British workers are expected to save for 37 years before retiring, meaning they will have to save for seven years longer than their predecessors, a survey released on Wednesday (13 July) showed.

According to HSBC's "Generations and journeys" report, the the current generation of retirees started saving for their retirement at 35 and retired at 58, saving for an average period of 23 years.

However, working age people across the 17 countries surveyed now begin to save five years earlier, at age 30, and expect to retire two years later, meaning they face on average 30 years of retirement saving – seven years more than current retirees.

"People recognise that they are living longer and may not be able to rely solely on more traditional forms of funding for their retirement, including state provision," said Charlie Nunn, group head of HSBC's wealth management division.

"As a result, they are realising they need to start saving for retirement earlier than previous generations and to consider alternative methods to help fund their retirement. Even small amounts set aside today can go a long way to helping fund a comfortable retirement in the future."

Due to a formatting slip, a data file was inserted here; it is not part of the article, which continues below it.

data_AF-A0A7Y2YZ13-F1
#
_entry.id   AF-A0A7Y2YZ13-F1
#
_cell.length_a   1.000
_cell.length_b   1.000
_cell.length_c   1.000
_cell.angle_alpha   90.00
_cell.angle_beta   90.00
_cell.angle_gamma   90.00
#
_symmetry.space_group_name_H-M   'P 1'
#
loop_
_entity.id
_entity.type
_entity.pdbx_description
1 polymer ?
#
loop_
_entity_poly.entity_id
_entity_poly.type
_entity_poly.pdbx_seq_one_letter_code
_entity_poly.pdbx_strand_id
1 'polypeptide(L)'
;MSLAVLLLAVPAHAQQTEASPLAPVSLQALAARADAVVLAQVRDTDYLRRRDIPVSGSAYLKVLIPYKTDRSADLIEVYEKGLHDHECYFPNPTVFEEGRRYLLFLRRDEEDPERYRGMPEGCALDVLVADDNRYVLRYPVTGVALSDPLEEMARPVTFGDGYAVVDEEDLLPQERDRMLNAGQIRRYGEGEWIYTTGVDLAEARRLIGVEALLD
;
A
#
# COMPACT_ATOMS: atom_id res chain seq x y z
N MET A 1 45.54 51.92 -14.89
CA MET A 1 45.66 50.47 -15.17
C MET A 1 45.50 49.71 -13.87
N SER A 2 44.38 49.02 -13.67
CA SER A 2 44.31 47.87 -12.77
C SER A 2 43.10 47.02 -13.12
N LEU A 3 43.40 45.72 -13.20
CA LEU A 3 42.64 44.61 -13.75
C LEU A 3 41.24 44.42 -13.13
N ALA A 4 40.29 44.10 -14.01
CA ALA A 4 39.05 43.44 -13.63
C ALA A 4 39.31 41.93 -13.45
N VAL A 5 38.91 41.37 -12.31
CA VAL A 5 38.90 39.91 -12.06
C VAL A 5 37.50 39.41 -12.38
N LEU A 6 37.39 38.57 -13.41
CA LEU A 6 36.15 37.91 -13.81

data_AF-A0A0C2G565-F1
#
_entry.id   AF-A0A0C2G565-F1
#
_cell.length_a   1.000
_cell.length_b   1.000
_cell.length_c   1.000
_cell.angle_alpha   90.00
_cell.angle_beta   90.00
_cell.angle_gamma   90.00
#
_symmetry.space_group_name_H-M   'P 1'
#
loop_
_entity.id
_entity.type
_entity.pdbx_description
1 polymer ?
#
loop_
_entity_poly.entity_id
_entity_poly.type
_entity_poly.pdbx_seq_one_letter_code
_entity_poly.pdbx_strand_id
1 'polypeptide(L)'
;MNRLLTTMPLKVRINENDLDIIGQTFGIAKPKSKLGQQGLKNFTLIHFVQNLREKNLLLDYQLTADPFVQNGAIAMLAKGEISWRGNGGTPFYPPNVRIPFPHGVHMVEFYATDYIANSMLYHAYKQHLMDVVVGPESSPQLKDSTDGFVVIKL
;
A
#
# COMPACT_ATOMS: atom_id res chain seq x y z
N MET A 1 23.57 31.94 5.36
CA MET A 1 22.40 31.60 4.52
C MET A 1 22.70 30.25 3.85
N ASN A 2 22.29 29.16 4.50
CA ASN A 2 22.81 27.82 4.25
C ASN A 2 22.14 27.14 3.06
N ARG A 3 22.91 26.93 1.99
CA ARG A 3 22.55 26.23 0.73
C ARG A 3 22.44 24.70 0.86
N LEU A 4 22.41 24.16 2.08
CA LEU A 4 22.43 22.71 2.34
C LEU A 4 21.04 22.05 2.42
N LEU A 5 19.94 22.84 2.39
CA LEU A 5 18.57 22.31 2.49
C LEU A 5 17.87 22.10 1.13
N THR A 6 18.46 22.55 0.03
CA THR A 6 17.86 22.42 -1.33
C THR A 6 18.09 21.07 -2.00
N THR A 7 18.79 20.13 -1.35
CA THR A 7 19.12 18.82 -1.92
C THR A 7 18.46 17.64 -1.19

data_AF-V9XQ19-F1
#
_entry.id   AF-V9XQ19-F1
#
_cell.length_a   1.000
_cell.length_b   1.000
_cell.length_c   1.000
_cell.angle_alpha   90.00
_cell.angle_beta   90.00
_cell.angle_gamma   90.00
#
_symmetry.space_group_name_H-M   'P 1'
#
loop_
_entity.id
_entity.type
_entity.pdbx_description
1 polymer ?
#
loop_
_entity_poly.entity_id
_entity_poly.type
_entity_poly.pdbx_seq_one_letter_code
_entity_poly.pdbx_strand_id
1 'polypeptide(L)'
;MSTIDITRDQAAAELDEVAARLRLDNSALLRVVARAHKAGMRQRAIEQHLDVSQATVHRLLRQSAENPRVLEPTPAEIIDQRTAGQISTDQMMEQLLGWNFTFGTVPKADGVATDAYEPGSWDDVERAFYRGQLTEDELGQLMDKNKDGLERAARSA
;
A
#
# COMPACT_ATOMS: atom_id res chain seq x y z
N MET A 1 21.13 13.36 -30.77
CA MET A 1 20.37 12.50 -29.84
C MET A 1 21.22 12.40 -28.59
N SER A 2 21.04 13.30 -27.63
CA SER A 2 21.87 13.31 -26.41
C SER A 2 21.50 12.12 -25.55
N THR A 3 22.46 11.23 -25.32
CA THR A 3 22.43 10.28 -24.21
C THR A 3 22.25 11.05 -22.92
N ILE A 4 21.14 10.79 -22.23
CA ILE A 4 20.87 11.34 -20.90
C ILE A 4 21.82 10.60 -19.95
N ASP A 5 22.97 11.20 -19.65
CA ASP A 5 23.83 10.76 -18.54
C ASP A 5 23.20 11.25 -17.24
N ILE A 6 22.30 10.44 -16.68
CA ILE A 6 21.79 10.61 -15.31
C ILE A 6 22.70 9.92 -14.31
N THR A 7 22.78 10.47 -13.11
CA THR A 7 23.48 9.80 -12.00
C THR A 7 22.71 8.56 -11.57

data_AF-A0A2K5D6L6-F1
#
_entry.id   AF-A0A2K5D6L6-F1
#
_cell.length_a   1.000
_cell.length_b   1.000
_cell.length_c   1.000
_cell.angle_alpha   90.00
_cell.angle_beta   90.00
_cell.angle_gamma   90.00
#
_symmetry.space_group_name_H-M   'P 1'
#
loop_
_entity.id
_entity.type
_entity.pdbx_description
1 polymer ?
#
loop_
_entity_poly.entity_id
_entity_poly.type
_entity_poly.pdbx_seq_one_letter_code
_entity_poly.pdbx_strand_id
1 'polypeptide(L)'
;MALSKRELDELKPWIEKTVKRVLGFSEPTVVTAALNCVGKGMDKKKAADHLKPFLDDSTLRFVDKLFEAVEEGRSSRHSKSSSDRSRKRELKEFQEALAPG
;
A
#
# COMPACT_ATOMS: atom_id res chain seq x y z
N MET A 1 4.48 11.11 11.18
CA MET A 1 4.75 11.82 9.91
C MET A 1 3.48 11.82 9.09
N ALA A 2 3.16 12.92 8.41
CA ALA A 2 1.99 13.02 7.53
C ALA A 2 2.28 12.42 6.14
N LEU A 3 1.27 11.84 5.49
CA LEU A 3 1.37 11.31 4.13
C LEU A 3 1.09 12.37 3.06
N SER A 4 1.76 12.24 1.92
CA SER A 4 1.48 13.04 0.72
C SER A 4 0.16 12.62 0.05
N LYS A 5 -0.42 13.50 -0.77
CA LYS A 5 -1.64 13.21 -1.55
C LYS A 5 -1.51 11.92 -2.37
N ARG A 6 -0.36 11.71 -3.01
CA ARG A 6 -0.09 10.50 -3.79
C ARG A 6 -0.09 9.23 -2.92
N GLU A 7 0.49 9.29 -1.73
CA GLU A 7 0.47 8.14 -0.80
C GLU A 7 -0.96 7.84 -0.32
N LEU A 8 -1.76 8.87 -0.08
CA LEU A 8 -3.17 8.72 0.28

Britain is not the only country where workers face having to save for longer than the current generation of retirees. People in China expect to have to save for 14 years more than current retirees, while workers in the United Arab Emirates will have to save for 25 years compared with the current 12.

Australians and French both expect to having to save for 11 years longer than those who have already retired, while Indonesia is the only country surveyed where working age people expect to save for the same length of time as current retirees saved for.

However, despite the fact that most begin to save much earlier than in previous years, many workers still do not think they have put enough money aside. According to HSBC, 38% of the 18,000 worldwide respondents wished they had started saving earlier, while 28% believe they should have saved more.

Even more surprisingly, 24% of those surveyed admitted not having started to save yet, with 12% of them aged 60 or over.